The morning of our fourth day at Blueberry Uncle Eb and I crossed the lake, at daylight, to fish awhile in Soda Brook and gather orchids then abundant and beautiful in that part of the woods. We headed for camp at noon and were well away from shore when a wild yell rang in the dead timber that choked the wide inlet behind us. I was rowing and stopped the oars while we both looked back at the naked trees, belly deep in the water.

But for the dry limbs, here and there, they would have looked like masts of sunken ships. In a moment another wild whoop came rushing over the water. Thinking it might be somebody in trouble we worked about and pulled for the mouth of the inlet. Suddenly I saw a boat coming in the dead timber. There were three men in it, two of whom were paddling. They yelled like mad men as they caught sight of us, and one of them waved a bottle in the air.

'They're Indians,' said Uncle Eb. 'Drunk as lords. Guess we'd better git out o' the way.'

I put about and with a hearty pull made for the other side of the lake, three miles away. The Indians came after us, their yells echoing in the far forest. Suddenly one of them lifted his rifle, as if taking aim at us, and, bang it went the ball ricocheting across our bows.

'Crazy drunk,' said Uncle Eb, 'an' they're in fer trouble. Pull with all yer might'

I did that same putting my arms so stiffly to their task I feared the oars would break

In a moment another ball came splintering the gunwales right between us, but fortunately, wcll above the water line. Being half a mile from shore I saw we were in great peril. Uncle Eb reached for his rifle, his hand trembling.

'Sink 'em,' I shouted, 'an' do it quick or they'll sink us.'

My old companion took careful aim and his ball hit them right on the starboard bow below the water line. A splash told where it had landed. They stopped yelling. The man in the bow clapped his hat against the side of the boat.

'Guess we've gin 'em a little business t' ten' to,' said Uncle Eb as he made haste to load his rifle.

The Indian at the bow was lifting his rifle again. He seemed to reel as he took aim. He was very slow about it. I kept pulling as I watched him. I saw that their boat was slowly sInking. I had a strange fear that he would hit me in the stomach. I dodged when I saw the flash of his rifle. His ball struck the water, ten feet away from us, and threw a spray into my face.

Uncle Eb had lifted his rifle to shoot again. Suddenly the Indian, who had shot at us, went overboard. In a second they were all in the water, their boat bottom up.

'Now take yer time,' said Uncle Eb coolly, a frown upon his face.

'They'll drown,' said I.

'Don't care if they do, consam 'em,' he answered. 'They're some o' them St Regis devils, an' when they git whisky in 'em they'd jes' soon kill ye as look at ye. They am' no better 'n rats.'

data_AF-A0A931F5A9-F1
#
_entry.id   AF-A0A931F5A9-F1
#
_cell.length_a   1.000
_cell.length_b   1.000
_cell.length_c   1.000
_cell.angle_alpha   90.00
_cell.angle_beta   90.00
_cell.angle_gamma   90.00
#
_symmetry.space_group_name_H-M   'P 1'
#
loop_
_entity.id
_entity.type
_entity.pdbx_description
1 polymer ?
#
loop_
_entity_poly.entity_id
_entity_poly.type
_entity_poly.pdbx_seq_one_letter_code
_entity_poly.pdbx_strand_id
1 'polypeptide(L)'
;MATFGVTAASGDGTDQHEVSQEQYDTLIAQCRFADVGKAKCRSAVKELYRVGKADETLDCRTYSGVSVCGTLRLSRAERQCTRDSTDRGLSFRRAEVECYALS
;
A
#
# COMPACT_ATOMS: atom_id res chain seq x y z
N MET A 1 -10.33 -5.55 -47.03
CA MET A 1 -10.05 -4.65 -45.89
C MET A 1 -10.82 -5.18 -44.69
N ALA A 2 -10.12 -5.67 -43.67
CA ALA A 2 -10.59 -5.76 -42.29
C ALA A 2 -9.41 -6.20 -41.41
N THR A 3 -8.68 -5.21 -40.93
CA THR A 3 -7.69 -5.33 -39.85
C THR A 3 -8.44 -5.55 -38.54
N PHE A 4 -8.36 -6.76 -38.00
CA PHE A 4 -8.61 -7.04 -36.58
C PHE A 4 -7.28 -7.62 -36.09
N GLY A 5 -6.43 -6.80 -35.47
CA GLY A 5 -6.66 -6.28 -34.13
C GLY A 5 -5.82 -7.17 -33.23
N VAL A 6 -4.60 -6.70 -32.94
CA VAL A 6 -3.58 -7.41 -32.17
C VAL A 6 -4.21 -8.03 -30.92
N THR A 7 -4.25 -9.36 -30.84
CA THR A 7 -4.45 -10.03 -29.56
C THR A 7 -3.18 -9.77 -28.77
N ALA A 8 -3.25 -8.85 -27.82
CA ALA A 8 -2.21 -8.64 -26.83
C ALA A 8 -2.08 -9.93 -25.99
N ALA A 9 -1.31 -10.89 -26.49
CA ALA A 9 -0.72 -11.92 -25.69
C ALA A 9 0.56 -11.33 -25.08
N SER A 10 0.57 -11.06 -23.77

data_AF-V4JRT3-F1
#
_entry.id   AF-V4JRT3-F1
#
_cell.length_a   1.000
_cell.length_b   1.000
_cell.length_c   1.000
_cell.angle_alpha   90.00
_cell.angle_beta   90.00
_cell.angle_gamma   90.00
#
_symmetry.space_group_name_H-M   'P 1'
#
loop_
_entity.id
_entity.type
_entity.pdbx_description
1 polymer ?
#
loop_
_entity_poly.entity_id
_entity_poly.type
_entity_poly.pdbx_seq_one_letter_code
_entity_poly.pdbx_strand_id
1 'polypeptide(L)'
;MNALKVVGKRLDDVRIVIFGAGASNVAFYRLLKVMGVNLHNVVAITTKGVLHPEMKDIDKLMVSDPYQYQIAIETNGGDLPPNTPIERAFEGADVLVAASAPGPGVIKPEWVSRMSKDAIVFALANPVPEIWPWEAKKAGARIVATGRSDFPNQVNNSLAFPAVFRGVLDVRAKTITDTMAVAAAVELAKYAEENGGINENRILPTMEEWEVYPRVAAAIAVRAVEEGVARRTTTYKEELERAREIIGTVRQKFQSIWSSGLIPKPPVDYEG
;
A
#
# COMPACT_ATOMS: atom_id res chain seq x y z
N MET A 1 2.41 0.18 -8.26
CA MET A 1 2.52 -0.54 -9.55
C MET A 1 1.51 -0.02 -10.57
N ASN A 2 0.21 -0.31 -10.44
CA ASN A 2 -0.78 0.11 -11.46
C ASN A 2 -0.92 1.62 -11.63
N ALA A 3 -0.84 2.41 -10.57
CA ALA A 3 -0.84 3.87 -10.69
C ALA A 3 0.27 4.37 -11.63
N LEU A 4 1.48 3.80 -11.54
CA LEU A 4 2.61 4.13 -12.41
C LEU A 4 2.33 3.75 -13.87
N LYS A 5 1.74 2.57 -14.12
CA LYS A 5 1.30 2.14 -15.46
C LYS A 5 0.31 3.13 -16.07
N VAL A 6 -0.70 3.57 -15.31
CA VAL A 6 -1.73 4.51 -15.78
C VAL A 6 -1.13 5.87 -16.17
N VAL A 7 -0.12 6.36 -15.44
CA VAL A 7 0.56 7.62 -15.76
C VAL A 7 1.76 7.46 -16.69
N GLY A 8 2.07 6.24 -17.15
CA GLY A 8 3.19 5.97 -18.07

We kept on our way and by and by a wind came up that gave us both some comfort, for we knew it would soon blow them ashore. Ab Thomas had come to our camp and sat with Tip and Gerald when we got there. We told of our adventure and then Ab gave us a bad turn, and a proper appreciation of our luck, by telling us that they were a gang of cut-throats - the worst in the wilderness.

'They'd a robbed ye sure,' he said. 'It's the same gang 'at killed a man on Cat Mountain las' summer, an' I'll bet a dollar on it.'

Tip had everything ready for our journey home. Each day Gerald had grown paler and thinner. As we wrapped him in a shawl and tenderly helped him into the wagon I read his doom in his face. We saw so much of that kind of thing in our stern climate we knew what it meant. Our fun was over. We sat in silence, speeding down the long hills in the fading light of the afternoon. Those few solemn hours in which I heard oniy the wagon's rumble and the sweet calls of the whip-poor-will-waves of music on a sea of silence-started me in a way of thought which has led me high and low these many years and still invites me. The day was near its end when we got to the first big clearing. From the top of a high hill we could see above the far forest, the red rim of the setting sun, big with winding from the skein of day, that was now flying off the tree-tops in the west.

We stopped to feed the horses and to take a bite of jerked venison, wrapped ourselves warmer, for it was now dunk and chilly, and went on again. The road went mostly downhill, going out of the woods, and we could make good time. It was near midnight when we drove in at our gate. There was a light in the sitting-room and Uncle Eb and I went in with Gerald at once. Elizabeth Brower knelt at the feet of her son, unbuttoned his coat and took off his muffler. Then she put her arms about his neck while neither spoke nor uttered any sound. Both mother and son felt and understood and were silent. The ancient law of God, that rends asunder and makes havoc of our plans, bore heavy on them in that moment, I have no doubt, but neither murmured. Uncle Eb began to pump vigorously at the cistern while David fussed with the fire. We were all quaking inwardly but neither betrayed a sign of it. It is a way the Puritan has of suffering. His emotions are like the deep undercurrents of the sea.